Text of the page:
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Tradesmen in China

Updated on March 27, 2010

Ghastly repairs

My chair
My chair
My kitchen sink
My kitchen sink
My bathroom door
My bathroom door
My wardrobe door
My wardrobe door
My "security" door
My "security" door
My cupboard
My cupboard

Tradesmen

We foreigners often laugh when we see the strange ways things are done in China.  We have chairs that we feel we could fix given the right tools, but the Chinese do not find it easy to repair anything.  Certainly not with style.  I have had wooden chairs "repaired" but hammering bits here and there, adding an inappropraite piece of wood with a nail that usually sticks out, etc.

We laugh at the technicians who come to fix the audio visual equipment.  Often they kick the computer or the box and strangely it will work, and they go.  However, you can guess the real problem re appears.

My curiosity was aroused in a class yesterday when they had the work "carpenter" in the text.  A person who works with wood, makes furniture, does the timber work in buildings.  Can you imagine a sea of Chinese faces looking at me as if I was speaking Swahili??  They didn't get it.

So at my class last night I had a student who was very smart, and I asked him about "electricians", "plumbers" and "carpenters."  Again I got the strange look.  What is this woman talking about?

I pointed out the strange electrical power points.  If this was "broken" (using a familiar Chinese/English expression) what would you do?   First of all, he'd try and fix it himself.  Then if it was still broken, he'd phone a friend.  "Your friend is an electrician?"   No, but he can fix things.    And so it went.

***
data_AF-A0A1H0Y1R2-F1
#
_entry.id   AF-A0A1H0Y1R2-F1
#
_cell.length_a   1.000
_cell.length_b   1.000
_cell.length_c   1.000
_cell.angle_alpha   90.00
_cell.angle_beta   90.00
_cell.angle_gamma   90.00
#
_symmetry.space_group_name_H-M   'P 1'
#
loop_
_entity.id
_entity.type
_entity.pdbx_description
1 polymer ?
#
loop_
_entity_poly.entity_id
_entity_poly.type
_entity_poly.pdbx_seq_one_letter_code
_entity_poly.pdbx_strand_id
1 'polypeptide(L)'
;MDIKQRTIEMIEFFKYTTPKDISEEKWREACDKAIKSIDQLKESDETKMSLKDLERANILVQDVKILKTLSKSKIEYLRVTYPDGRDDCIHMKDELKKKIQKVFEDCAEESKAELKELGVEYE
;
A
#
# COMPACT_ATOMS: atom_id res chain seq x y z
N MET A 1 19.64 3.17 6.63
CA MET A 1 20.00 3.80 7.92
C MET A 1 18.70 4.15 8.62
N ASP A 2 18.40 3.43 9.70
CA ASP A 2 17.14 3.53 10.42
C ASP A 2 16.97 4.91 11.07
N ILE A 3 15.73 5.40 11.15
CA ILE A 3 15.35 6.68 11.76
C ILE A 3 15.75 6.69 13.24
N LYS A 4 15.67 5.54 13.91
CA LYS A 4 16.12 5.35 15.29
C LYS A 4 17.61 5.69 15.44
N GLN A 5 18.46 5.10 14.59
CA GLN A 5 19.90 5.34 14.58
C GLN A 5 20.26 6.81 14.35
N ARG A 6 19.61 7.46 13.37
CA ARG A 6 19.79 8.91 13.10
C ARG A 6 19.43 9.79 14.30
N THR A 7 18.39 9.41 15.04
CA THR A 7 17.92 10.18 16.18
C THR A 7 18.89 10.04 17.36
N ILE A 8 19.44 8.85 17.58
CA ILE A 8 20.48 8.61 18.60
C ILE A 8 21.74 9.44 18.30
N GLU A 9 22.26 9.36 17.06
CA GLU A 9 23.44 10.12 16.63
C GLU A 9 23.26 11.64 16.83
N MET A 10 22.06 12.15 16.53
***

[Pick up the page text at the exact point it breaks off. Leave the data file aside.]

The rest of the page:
Do you know if there are these tradesmen in China?  Again the blank look.

So what do I make of it?  Personally I think there is a great opportunity for quality training for tradesmen.

In the university which is huge, we have a little man who does the "maintenance" in his lunch hour from his full time job elsewhere.  He rides in on his bicycle with his tools strapped to his back, and a little bag that fits in his bicycle basket. He comes to "fix" everything.  It is amazing. 

And of course little is fixed.  "it is broken" and a shrug is familiar to us.

My security door "is broken" and his recommendation to me is to put my finger in the hole and wiggle until the tongue of the lock reappears, and then I can lock my door.  I must say it is irritating as it only works 1 our of 10 times, and I have to persevere to it to work.

Is there a great opportunity here?

Chinese people all want to be successful businessmen or women, but they don't realise that a plumber or an electrician or other tradesman is a businessman, and that the two mentioned make a lot of money in Australia.

Upmarket Tradesman do Exist

In discussion about the topic about tradesmen in China, I learn that there are upmarket type tradesmen here in China.  At least the work they do LOOKS good.  i don't know  if it is quality in the sense that it is good work that will last a long time without repair, but I am assured that some renovations in the middle to upper end of the market appear to be "finished" well.

That certainly is good news - and I guess there is probabl a shortage of qualified tradesmen too, which makes people reliant on friends etc, especially those that seem to have some sort of success rate.

We laugh at the problems in the university. There are some men on staff who are regarded as "computer technicians" but we learn they are untrained and learn by experience.  But kicking the computer is one of the techniques they use, and then when it doesn't respond to the kick, they announce it is "broken" and leave!!!

More places in need of repair.

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